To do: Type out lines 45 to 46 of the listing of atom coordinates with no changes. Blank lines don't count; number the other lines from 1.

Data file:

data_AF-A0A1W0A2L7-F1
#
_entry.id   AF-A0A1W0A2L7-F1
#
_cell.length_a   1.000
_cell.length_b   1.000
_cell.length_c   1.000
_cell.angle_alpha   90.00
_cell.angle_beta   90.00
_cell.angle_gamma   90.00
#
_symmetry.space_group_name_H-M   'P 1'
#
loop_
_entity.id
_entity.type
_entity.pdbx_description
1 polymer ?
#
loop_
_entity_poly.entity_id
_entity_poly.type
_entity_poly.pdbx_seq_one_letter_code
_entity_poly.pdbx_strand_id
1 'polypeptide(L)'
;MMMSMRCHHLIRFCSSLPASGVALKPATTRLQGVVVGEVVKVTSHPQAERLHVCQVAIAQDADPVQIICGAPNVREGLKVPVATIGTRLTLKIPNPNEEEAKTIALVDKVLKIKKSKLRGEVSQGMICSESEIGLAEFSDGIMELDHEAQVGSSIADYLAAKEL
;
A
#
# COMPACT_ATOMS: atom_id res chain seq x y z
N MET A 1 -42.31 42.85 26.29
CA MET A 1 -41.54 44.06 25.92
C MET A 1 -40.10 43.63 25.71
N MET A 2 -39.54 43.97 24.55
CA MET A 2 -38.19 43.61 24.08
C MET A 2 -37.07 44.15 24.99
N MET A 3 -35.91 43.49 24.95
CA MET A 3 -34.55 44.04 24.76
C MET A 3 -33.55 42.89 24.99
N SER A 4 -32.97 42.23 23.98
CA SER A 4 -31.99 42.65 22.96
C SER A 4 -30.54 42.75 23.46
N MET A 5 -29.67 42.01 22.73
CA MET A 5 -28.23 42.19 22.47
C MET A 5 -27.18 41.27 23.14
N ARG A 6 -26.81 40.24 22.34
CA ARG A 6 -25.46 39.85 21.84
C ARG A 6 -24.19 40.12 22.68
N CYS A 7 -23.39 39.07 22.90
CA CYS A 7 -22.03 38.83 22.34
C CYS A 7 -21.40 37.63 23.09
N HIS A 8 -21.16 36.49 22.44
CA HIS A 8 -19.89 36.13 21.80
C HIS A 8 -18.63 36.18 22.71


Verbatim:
C MET A 5 -27.18 41.27 23.14
N ARG A 6 -26.81 40.24 22.34